A Renaissance man of urban agriculture, Greg Peterson's list of roles goes on for about as long as the morning cry of a backyard chicken. Peterson, a founder of GrowPHX and teacher of permaculture-focused farming methods through the Urban Farm, wants folks to "embrace their own greenness." He instructs on subjects as varied as seed-saving, fruit trees, compost, and water-harvesting. Urban agriculture, he believes, is our future. His north Phoenix property, also called the Urban Farm, contains dozens of fruit trees festooned with juicy loquats, plums, elderberries, citrus, and just about every fruit that grows in Arizona.

It's a scientific fact: Like every carbon-based life form, geeks need to eat, too. Good thing Sarah and Matthew Stubbs are here to help satisfy the hunger pangs of nerds seeking sustenance. Over the past few years, the Scottsdale couple have served up food and drink recipes with a pop culture bent on their website, Geeks Who Eat. Several times monthly, the Stubbses post fantastic creations based off of movies, gaming, comics, and other subject matter. One day, it's directions on how to whip up a cocktail in the spirit of cult slasher flick Pumpkinhead. The next, it's a recipe for Hårgan Meat Pies inspired by Midsommar. Scroll through the archives and discover fare like Eleven's Eggo Sliders, Hulk Smash Potatoes, or the Frozen-themed Arendelle Spice Cake. They also offer culinary tips and tricks for those who aren't as adept in the kitchen as Remy the Rat and dining guides for events like Phoenix Fan Fusion. Now, if they could only conjure up a decent Pan Galactic Gargle Blaster.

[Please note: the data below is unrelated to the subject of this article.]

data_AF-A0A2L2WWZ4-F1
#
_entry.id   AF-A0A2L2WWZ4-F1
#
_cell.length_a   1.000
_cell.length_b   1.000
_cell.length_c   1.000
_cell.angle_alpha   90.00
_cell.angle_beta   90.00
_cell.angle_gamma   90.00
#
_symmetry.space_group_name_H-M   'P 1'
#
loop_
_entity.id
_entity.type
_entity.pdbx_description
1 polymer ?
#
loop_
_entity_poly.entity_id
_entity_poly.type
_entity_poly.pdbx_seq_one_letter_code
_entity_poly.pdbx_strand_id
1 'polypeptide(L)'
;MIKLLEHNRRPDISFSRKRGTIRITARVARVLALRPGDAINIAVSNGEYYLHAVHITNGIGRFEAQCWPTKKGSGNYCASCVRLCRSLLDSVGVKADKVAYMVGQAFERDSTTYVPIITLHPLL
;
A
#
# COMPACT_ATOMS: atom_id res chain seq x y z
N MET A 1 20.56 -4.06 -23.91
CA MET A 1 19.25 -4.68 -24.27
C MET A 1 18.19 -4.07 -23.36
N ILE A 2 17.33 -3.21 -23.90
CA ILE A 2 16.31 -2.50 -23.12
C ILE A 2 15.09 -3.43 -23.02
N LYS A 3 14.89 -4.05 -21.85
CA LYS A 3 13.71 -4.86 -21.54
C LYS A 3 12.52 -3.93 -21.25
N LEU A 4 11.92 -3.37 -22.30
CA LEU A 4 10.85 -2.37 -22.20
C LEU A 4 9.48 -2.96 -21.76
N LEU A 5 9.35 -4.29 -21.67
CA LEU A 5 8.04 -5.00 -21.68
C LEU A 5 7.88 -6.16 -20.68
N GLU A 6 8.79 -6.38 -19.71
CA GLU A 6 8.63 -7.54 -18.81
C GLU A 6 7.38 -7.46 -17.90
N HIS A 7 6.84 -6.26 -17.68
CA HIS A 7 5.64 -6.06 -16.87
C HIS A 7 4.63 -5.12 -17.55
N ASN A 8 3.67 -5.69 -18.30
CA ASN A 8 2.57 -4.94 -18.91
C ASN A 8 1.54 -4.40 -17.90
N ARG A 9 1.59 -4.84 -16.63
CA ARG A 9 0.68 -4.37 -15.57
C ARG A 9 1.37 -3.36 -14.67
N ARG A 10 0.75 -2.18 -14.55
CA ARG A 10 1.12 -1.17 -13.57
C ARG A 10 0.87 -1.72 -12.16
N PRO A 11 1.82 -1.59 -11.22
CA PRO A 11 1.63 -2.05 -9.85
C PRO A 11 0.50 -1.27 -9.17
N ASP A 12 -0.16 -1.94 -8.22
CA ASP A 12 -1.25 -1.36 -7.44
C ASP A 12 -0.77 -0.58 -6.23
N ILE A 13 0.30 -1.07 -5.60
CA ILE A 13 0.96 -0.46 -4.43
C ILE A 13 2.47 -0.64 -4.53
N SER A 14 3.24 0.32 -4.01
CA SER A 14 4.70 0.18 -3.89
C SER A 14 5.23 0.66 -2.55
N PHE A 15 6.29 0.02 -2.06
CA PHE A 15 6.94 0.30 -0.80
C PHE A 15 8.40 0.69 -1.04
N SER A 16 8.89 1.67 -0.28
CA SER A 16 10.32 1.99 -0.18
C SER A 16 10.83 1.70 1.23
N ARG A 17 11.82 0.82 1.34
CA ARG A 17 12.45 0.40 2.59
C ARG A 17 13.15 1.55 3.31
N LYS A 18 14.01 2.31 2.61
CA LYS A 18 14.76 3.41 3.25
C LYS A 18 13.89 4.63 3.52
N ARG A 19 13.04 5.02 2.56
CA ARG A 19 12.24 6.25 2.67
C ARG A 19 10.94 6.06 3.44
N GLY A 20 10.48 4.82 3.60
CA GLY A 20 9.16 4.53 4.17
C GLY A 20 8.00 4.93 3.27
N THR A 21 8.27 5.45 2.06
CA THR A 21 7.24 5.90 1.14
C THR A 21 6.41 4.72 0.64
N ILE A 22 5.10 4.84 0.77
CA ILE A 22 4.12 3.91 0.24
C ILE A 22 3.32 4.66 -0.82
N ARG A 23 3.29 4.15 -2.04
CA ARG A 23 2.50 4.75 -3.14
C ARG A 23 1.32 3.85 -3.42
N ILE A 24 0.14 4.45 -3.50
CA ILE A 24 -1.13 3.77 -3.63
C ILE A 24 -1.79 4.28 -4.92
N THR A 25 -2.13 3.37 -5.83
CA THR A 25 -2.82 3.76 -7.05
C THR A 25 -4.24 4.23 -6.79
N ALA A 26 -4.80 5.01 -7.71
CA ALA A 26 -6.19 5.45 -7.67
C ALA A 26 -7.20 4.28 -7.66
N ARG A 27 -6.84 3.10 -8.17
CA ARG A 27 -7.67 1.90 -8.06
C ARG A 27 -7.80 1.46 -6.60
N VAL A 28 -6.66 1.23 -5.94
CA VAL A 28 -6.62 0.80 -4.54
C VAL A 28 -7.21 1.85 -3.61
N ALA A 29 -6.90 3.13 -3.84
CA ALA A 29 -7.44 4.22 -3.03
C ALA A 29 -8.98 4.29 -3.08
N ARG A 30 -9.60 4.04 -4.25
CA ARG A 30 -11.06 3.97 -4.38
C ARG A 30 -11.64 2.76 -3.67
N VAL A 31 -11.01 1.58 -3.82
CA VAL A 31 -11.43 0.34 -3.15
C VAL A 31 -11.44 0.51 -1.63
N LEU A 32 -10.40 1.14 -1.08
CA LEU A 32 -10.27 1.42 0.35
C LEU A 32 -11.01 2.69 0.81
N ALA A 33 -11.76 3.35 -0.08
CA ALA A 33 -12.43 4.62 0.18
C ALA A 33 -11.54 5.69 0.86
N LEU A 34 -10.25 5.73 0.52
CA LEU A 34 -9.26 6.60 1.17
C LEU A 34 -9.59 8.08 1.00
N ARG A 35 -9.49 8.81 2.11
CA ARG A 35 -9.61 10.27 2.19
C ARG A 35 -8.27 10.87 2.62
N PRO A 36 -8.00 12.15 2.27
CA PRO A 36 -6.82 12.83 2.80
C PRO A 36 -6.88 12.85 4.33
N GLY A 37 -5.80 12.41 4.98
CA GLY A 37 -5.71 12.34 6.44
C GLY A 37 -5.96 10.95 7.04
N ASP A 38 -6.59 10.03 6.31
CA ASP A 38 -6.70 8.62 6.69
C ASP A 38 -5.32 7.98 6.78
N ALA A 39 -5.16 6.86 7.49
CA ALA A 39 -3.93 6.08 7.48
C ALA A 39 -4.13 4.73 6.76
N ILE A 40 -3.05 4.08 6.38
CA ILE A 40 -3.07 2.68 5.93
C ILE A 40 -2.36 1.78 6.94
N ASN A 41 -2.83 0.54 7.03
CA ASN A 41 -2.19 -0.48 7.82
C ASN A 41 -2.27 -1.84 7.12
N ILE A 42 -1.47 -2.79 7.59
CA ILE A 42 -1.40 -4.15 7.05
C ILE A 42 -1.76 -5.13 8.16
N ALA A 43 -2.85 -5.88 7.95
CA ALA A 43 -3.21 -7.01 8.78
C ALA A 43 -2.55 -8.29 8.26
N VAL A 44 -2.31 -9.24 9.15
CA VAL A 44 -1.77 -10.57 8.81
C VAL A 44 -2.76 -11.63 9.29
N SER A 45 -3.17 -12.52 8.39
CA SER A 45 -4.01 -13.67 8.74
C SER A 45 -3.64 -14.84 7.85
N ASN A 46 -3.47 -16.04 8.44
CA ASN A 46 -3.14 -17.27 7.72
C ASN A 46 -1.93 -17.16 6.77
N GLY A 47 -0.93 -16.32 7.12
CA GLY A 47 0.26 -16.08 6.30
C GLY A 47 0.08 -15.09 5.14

Thanks to Harold and Kumar, White Castle hamburgers are now better known as a feast for stoners than comfort food for Midwesterners. But both camps — transplants from the middle of the country and native Arizonans curious about what would make the cinematic duo ride a cheetah in the middle of the night in New Jersey — stood in line together for hours on a warm October morning last year, eager to sample sliders from the first White Castle to open in Arizona. Those who camped out for days to storm the castle ordered hundreds of the tiny burgers at once, causing the 24-hour restaurant to close early on its opening day in order to restock. Some sad latecomers left tired, frustrated, and empty-handed. It would be weeks before the rush of cravers ticked down to something like normal fast-food restaurant levels, but for many, it was worth all the wait.

Debby Wolvos

You needn't travel to New York or Chicago for the ultimate foodie experience. Just bring a generous appetite to Binkley's, where you can marvel at Kevin Binkley's creations — from his tamarind barbecue octopus to smoked Copper River salmon to sweet corn. When you dine here, you can't help but feel you are part of something special and, yes, exclusive. There are only 20 spots available for dinner (reservations should be made well ahead of time), the menu is seasonally driven and never stagnant, and patrons get to watch as Binkley and his staff prepare and unveil each small plate. Whether you're a tourist or a native Phoenician, you're missing out on magic (and that isn't an exaggeration) if you don't have Binkley's on your bucket list.

For nearly three decades, Chrysa Robertson of Rancho Pinot has married the bounty of Arizona with Italian-leaning techniques and flavor palettes in singular ways. Still, the skill and flavors of Rancho Pinot seem, at times, not wholly understood by the younger generations of Phoenix eaters. There's no Instagram wall. No neon signs. But there's damn good food and drink, cooking from the heart and the heart of the arid world we inhabit. Robertson plates panna cotta with local white peaches, a classic caprese-like salad hinging on the quality of top Arizona tomatoes, and a dainty-yet-vigorous roast quail accented with mostarda of fruit in season. Roberston was a 2020 James Beard Award finalist for a reason: Like a cactus wren or Gila woodpecker, her cooking sings a brilliant local song.

Canopy by Hilton Tempe Downtown